UK out of Step on Conflicts of Interest
Byline: Sophie Brodie
The FSA has decided not to fall in line with US regulators by applying its conflict of interest rules to equity and non-equity research.In its consultation paper 205, the regulator has rejected suggestions that different types of research should be treated separately, saying: "We do not see a workable distinction to be drawn between instruments where conflicts can never arise and those where they can."
US banks adopted conflict of interest measures earlier this year as part of their $1.4bn ([euro]1.2bn) global settlement with US regulators. However, the rules only apply to equity research because few US retail investors have access to fixed-income analysis.
Banks have also argued that the FSA's earlier proposals on the issue, CP 171, were out of step with other regulators, despite the watchdog's reference to principles drawn up by the International Organisation of Securities Commissioners (Iosco). European banks, in particular, could be caught between the UK's approach to conflicts and that of the European Union. The latter set up a forum Tto look into conflicts of interests involving analysts last November. In a report last month, it advised against a ban on analysts attending IPO roadshows. The FSA favours preventing research staff from attending them.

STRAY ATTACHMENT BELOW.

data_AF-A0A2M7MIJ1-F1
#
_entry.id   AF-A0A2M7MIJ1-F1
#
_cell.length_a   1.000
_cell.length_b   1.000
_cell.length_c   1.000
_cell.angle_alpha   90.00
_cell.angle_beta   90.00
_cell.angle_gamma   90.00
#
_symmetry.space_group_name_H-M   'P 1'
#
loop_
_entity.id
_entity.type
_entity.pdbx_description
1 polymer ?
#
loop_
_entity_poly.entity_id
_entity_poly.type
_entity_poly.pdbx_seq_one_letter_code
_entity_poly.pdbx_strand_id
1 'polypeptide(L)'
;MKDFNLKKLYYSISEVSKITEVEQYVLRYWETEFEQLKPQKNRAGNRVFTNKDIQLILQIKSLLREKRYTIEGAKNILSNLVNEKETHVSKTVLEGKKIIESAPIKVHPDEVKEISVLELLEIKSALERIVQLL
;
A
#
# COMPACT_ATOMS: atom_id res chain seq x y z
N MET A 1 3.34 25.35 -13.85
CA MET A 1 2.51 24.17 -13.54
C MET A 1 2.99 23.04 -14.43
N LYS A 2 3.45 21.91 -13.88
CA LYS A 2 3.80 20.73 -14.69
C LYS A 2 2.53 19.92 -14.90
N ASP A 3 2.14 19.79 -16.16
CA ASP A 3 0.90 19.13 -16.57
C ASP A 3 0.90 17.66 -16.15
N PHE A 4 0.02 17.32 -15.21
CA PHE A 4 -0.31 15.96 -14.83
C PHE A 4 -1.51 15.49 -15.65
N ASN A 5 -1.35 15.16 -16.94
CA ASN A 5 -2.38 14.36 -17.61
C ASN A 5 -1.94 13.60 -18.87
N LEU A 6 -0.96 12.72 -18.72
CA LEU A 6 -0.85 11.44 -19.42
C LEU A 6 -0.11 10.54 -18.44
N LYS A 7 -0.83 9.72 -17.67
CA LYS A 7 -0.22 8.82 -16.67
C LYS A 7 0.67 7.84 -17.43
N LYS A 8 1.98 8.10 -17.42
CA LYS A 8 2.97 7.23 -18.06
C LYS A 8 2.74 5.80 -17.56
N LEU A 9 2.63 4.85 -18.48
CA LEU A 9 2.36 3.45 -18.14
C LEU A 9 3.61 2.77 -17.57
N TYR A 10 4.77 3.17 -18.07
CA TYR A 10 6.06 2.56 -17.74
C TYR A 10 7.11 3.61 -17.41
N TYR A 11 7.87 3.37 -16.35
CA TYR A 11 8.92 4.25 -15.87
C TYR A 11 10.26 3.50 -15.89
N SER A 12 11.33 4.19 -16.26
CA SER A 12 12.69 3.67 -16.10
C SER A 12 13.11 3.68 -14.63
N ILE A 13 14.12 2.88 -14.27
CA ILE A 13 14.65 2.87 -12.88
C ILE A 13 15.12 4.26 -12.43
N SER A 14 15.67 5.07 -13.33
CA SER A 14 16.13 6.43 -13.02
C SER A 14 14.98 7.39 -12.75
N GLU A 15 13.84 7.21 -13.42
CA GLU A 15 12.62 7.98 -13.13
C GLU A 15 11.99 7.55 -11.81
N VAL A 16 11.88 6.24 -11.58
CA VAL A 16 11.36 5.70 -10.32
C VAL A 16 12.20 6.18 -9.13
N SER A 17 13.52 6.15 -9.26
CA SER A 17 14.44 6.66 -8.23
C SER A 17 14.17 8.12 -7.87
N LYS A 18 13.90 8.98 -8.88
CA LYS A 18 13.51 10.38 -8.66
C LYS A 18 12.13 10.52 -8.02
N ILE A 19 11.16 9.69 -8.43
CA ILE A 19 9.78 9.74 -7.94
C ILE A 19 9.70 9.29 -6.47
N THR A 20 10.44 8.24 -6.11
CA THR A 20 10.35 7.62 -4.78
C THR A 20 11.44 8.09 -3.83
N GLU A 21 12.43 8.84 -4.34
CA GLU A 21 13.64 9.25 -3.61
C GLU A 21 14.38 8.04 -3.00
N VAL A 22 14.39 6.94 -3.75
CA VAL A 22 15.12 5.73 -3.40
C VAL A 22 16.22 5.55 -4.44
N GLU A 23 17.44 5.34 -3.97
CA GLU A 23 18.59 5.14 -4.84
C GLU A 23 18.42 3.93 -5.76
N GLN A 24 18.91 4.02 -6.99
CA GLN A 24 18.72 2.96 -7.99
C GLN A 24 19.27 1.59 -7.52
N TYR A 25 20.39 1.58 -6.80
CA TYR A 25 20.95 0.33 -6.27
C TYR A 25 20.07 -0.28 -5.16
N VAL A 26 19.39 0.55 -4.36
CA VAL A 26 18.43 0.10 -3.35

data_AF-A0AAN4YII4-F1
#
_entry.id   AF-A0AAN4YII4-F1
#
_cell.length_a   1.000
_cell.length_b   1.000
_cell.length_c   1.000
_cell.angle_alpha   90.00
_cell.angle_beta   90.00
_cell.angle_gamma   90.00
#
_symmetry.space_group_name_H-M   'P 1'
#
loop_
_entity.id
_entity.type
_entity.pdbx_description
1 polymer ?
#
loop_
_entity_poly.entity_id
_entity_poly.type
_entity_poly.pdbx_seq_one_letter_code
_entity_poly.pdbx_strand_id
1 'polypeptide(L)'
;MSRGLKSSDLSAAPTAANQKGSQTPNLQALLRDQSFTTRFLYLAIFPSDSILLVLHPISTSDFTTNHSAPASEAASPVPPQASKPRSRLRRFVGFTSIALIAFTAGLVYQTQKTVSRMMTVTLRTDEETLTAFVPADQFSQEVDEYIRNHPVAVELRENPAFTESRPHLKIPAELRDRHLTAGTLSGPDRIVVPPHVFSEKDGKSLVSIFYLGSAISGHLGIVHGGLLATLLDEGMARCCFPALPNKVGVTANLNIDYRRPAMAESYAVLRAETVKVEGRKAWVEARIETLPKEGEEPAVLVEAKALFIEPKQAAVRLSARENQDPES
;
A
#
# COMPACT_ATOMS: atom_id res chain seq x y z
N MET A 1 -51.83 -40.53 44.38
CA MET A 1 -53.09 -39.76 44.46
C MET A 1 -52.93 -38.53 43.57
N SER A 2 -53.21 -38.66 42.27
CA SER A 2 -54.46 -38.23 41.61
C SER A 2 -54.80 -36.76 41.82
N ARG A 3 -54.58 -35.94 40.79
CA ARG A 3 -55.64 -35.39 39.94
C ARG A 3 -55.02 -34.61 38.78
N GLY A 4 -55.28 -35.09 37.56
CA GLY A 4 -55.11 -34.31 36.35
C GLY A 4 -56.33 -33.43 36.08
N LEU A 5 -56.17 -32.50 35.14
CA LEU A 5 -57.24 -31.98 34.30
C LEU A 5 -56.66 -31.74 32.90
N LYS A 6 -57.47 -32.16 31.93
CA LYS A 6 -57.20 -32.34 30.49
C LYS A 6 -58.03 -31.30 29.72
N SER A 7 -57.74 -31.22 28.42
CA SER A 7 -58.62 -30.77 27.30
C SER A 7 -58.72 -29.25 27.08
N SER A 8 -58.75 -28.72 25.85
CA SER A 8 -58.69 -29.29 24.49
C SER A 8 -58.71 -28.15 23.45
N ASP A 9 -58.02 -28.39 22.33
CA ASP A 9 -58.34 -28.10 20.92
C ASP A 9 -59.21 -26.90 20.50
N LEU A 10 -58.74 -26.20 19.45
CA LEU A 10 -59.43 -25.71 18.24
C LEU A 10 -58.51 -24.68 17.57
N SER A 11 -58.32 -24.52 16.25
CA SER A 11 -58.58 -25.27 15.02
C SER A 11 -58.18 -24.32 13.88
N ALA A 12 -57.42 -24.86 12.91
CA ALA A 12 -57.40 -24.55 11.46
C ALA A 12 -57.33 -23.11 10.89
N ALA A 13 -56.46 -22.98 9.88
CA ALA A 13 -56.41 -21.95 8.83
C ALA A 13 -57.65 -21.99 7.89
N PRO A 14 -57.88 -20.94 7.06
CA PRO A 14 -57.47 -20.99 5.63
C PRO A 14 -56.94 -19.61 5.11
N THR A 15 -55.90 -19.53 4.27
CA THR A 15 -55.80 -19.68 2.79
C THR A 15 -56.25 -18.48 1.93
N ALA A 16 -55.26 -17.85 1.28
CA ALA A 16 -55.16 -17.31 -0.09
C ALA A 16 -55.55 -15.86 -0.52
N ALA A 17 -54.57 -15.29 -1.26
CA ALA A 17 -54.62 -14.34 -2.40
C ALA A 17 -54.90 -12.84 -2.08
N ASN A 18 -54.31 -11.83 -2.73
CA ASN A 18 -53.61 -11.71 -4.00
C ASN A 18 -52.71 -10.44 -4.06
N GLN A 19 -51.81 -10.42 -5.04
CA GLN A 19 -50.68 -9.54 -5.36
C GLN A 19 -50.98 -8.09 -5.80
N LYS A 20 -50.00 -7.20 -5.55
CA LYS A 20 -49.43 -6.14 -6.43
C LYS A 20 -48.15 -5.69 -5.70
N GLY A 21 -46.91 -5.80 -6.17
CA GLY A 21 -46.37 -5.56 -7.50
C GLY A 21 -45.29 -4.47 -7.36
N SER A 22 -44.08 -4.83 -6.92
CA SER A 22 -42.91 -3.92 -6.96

In response to concerns about harmonised regulation, the FSA said: "Consistency does not mean uniformity. We are aware that this means firms operating across boundaries have to implement more than one set of detailed requirements."
However, the regulator has delayed setting out rules for disclosure of issuer relationships and analyst recommendations in anticipation of the European Union's Market Services Directive, which is due to be implemented next year. …